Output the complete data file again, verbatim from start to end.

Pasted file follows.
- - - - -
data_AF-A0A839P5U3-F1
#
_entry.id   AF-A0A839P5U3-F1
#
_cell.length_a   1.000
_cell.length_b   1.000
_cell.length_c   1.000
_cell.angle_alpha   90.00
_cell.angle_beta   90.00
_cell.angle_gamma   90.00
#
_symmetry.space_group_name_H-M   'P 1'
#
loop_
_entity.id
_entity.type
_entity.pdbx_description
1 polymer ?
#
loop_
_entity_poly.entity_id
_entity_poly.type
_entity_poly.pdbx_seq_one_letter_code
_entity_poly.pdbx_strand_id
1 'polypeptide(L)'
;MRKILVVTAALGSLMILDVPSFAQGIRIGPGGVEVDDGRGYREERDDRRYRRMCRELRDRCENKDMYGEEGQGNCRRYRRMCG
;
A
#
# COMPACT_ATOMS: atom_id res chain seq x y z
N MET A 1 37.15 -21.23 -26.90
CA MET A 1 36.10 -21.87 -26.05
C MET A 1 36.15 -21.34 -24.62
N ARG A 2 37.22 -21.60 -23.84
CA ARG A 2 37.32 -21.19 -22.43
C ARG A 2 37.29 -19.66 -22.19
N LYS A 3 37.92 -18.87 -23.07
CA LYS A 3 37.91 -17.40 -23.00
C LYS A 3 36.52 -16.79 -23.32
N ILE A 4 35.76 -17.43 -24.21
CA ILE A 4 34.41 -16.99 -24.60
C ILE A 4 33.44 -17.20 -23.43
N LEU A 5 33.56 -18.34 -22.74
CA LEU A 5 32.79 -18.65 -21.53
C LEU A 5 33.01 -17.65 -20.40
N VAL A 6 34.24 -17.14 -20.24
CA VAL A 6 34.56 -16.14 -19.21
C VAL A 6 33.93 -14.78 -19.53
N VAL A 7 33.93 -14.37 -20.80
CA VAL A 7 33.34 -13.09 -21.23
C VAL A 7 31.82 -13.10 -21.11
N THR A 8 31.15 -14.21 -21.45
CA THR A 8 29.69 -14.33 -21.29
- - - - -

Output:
data_AF-A0A839P5U3-F1
#
_entry.id   AF-A0A839P5U3-F1
#
_cell.length_a   1.000
_cell.length_b   1.000
_cell.length_c   1.000
_cell.angle_alpha   90.00
_cell.angle_beta   90.00
_cell.angle_gamma   90.00
#
_symmetry.space_group_name_H-M   'P 1'
#
loop_
_entity.id
_entity.type
_entity.pdbx_description
1 polymer ?
#
loop_
_entity_poly.entity_id
_entity_poly.type
_entity_poly.pdbx_seq_one_letter_code
_entity_poly.pdbx_strand_id
1 'polypeptide(L)'
;MRKILVVTAALGSLMILDVPSFAQGIRIGPGGVEVDDGRGYREERDDRRYRRMCRELRDRCENKDMYGEEGQGNCRRYRRMCG
;
A
#
# COMPACT_ATOMS: atom_id res chain seq x y z
N MET A 1 37.15 -21.23 -26.90
CA MET A 1 36.10 -21.87 -26.05
C MET A 1 36.15 -21.34 -24.62
N ARG A 2 37.22 -21.60 -23.84
CA ARG A 2 37.32 -21.19 -22.43
C ARG A 2 37.29 -19.66 -22.19
N LYS A 3 37.92 -18.87 -23.07
CA LYS A 3 37.91 -17.40 -23.00
C LYS A 3 36.52 -16.79 -23.32
N ILE A 4 35.76 -17.43 -24.21
CA ILE A 4 34.41 -16.99 -24.60
C ILE A 4 33.44 -17.20 -23.43
N LEU A 5 33.56 -18.34 -22.74
CA LEU A 5 32.79 -18.65 -21.53
C LEU A 5 33.01 -17.65 -20.40
N VAL A 6 34.24 -17.14 -20.24
CA VAL A 6 34.56 -16.14 -19.21
C VAL A 6 33.93 -14.78 -19.53
N VAL A 7 33.93 -14.37 -20.80
CA VAL A 7 33.34 -13.09 -21.23
C VAL A 7 31.82 -13.10 -21.11
N THR A 8 31.15 -14.21 -21.45
CA THR A 8 29.69 -14.33 -21.29